Donald Davidson was stunned.
Donald Davidson was stunned. As the resident historian of the Indianapolis Motor Speedway Hall of Fame Museum, Davidson had been invited to moderate a news conference with the “Indy Legends” slated to participate in the Pro/Am Feature race at the second SVRA (Sportscar Vintage Racing Association) Brickyard Invitational.
“I expected there to be six or so,” Davidson said, still awe-struck a day later.
In fact, SVRA had contrived to put 33 Indy 500 veterans into Corvettes, Camaros and Mustangs with amateur partners. They’d all drive in a 40-minute race on the IMS road course, the Saturday centerpiece of the four-day event, with a mandatory, standard-length pit stop to change drivers.
“I believe at the moment that the number of drivers living who drove at the Indianapolis 500 is 288. I think I just counted 31 here in the room,” said Davidson, gathering his wits. “So that’s better than 10 percent of the living who drove at the Indianapolis 500 here in front of you. How the hell are we going to do this? They’ve all got good stories.”
Indeed, they had great stories. And there were more than 33 involved. Bobby Unser was in the pace car, the stewards were Tom Sneva and Janet Guthrie, and the grand marshal Al Unser Sr. Three more Unsers — Al Jr., Robby, and Johnny — were on hand to drive in the Pro/Am, and the next day in a four-lap exhibition, putting all five on the oval track in cars that had carried various Unsers to victory.
The field for the Pro/Am also included Geoff Brabham, Dennis Firestone, Lyn St. James, Willy T. Ribbs, Davey Jones, Dick Simon… and so many more recognizable names that we regret not naming them all. You can find more info here: http://www.svra.com/events/2015-brickyard-vintage-racing-invitational/.
For the record, Bob Lazier won the Pro/Am with Jim Caudle in a 1969 Corvette, followed by the ’67 Mustang of Mark Dismore/Scott Hackenson and the ’70 Boss 302 of Max Papis/Curt Vogt. Papis had put on an impressive display, pulling away from the field in the early going, only to be caught out when the team’s driver-change pit-stop coincided with a yellow flag on-track.
It wasn’t about the racing so much as the camaraderie, most of the drivers said. And while 500-veterans comprise an exclusive club, the spirit of the event meant much the same could be said among the entrants — more than 500 cars in 11 race groups, plus a special class for pre-war cars and exhibition runs on the oval for nearly two-dozen Indycars on Sunday. All the classes got to run oval exhibitions, too.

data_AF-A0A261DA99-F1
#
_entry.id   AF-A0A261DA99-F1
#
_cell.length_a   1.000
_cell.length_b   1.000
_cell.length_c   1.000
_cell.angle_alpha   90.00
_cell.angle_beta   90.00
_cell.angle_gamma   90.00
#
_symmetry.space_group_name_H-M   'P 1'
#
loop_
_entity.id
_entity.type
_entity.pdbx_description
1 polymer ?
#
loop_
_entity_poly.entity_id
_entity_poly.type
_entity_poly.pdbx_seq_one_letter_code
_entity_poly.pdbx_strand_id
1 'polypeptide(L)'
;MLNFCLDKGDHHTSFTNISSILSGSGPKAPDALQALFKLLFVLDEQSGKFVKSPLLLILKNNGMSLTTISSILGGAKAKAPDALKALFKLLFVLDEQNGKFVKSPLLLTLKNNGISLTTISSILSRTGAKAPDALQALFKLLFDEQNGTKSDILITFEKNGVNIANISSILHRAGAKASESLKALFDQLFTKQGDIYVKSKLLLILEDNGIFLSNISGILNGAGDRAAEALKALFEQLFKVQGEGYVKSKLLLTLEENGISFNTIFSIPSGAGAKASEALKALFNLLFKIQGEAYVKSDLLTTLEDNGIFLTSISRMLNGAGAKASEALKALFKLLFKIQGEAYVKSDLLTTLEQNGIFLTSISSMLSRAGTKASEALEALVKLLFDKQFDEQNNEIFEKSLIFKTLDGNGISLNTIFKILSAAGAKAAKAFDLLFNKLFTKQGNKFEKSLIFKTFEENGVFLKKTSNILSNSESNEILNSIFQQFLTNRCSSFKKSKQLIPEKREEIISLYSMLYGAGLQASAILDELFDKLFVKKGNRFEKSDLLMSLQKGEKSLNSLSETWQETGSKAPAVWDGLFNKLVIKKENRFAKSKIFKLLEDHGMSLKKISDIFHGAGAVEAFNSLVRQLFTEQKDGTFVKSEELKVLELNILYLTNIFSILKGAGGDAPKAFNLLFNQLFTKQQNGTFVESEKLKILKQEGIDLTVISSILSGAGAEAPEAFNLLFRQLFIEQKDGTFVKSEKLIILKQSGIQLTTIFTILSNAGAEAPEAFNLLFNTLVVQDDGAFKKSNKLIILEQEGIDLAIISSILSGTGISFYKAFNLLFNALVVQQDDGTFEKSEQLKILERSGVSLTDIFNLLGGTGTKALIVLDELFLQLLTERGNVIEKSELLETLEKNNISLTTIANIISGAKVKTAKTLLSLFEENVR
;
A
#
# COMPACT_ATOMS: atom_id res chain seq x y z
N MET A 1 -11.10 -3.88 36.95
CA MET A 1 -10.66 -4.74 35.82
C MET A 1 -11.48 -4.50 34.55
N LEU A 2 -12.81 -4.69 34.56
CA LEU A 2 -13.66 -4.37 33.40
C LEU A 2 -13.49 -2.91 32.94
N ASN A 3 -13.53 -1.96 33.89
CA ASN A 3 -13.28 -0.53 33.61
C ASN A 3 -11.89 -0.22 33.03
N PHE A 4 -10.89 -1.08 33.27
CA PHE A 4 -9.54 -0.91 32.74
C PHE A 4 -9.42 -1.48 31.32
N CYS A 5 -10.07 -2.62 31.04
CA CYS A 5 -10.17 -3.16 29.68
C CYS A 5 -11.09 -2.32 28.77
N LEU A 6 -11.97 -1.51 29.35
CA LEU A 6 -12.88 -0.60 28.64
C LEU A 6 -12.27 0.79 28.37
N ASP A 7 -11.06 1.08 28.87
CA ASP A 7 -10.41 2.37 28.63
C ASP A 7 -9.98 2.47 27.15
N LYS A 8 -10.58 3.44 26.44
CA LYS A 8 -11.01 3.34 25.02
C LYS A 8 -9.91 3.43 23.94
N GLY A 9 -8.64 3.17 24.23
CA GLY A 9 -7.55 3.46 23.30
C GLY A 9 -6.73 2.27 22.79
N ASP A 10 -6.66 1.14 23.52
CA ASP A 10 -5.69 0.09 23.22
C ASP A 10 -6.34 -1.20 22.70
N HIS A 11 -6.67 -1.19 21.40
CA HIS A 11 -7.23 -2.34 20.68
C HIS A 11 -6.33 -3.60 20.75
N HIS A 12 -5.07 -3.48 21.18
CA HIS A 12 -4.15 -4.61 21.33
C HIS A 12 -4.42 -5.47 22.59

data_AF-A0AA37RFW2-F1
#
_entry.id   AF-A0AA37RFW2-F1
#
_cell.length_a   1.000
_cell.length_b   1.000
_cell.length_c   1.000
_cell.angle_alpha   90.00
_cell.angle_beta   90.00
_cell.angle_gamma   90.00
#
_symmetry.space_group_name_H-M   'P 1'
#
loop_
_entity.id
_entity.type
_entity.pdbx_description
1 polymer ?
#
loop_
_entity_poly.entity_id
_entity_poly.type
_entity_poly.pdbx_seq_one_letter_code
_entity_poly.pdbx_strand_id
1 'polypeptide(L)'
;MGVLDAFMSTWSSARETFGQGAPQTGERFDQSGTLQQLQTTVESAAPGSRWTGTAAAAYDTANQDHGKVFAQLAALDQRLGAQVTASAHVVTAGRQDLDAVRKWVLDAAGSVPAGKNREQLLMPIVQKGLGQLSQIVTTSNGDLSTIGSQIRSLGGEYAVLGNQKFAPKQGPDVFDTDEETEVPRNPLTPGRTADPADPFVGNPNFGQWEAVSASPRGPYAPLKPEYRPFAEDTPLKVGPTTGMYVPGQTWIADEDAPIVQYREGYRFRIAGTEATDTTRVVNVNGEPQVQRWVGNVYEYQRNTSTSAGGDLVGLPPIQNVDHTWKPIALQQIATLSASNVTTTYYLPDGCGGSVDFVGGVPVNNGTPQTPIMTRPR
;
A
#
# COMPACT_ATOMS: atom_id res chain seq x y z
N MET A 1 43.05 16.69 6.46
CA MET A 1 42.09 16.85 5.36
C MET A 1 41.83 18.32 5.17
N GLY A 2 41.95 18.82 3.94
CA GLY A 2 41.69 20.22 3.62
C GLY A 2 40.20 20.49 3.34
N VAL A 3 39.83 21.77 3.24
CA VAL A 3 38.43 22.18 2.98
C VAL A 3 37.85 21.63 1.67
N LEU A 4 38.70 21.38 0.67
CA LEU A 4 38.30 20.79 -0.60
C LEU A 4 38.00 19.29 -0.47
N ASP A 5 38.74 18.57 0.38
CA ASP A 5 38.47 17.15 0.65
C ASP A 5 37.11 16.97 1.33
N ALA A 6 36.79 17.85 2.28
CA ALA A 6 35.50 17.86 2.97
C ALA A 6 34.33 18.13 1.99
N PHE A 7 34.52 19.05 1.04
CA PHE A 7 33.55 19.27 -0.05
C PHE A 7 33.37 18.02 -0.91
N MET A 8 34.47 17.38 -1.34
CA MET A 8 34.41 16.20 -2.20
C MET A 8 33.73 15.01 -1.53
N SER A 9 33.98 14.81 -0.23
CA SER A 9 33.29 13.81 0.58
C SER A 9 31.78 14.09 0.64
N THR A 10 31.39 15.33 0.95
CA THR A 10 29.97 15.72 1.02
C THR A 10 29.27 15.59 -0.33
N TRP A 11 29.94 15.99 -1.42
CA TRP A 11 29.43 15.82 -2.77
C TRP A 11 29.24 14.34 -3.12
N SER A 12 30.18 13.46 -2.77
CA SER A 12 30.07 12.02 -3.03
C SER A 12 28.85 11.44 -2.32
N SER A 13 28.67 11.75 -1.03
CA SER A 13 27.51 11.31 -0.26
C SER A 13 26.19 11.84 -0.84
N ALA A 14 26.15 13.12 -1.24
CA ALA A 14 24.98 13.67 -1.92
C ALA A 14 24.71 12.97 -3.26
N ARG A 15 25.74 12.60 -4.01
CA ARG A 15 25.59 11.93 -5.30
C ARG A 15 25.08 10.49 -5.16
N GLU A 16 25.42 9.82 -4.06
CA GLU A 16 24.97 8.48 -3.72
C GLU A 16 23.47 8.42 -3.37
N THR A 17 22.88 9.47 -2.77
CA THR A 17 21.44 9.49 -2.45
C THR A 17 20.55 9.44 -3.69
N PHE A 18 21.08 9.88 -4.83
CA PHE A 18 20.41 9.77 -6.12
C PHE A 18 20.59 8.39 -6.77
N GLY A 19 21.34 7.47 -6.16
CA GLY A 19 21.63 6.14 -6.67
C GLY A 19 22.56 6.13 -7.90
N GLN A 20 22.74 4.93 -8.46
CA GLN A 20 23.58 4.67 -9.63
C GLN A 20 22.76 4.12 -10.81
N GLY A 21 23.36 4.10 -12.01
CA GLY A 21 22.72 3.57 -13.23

In this second year, the event drew more spectators, but there’s room for a lot more to enjoy it. Only three weeks after the 500, there was no shortage of “real” racing to watch on the weekend of June 13-14: NASCAR Sprint Cup a couple hours north at Michigan, Indycars in Toronto, the 24 Hours of Le Mans. At none of those, however, does the price of admission include the freedom to wander in and out of the garages, stroll the paddock and interact with the drivers and car owners.
Throw in a bunch of genuine celebrity pros (albeit ones mostly retired from active racing, and therefore much more relaxed and personable) and the wide variety of cars — from humble Sprites and Minis through original Can-Am and even quite recent F1 and LMP machines — and it’s nirvana for racing fans.
Although there are several others, SVRA has become the dominant sanctioning body/promoter on the U.S. vintage racing scene with 16 “big” events from coast to coast. From its experience starting in the 1970s (older than many of the cars in its race fields today), but especially in its most recent era under president and CEO Tony Parella, SVRA knows how to put on a show. It holds to high standards for driver skill and on-track behavior, and is raising its game on the issues of vehicular provenance and safety.
Not even heavy rain on Friday and a briefer weather intervention on Saturday just when the Pro/Am was due to start, could put it off the rails. We’ve seen F1 races with less efficient operations. There were times when maintaining the schedule meant throwing the green on one 10-lap race even while the winners of the previous one were gathering for a victory celebration.
Yes, they got to drink milk in the winner’s circle. This is Indy, after all, and though the event is young, that makes the Brickyard Invitational a huge thing.
For decades, every vintage race played second fiddle to Monterey in August. Like that event, this one, at the nation’s most historic venue and with access to both oval and road course, stands apart.
Photos by Kevin A. Wilson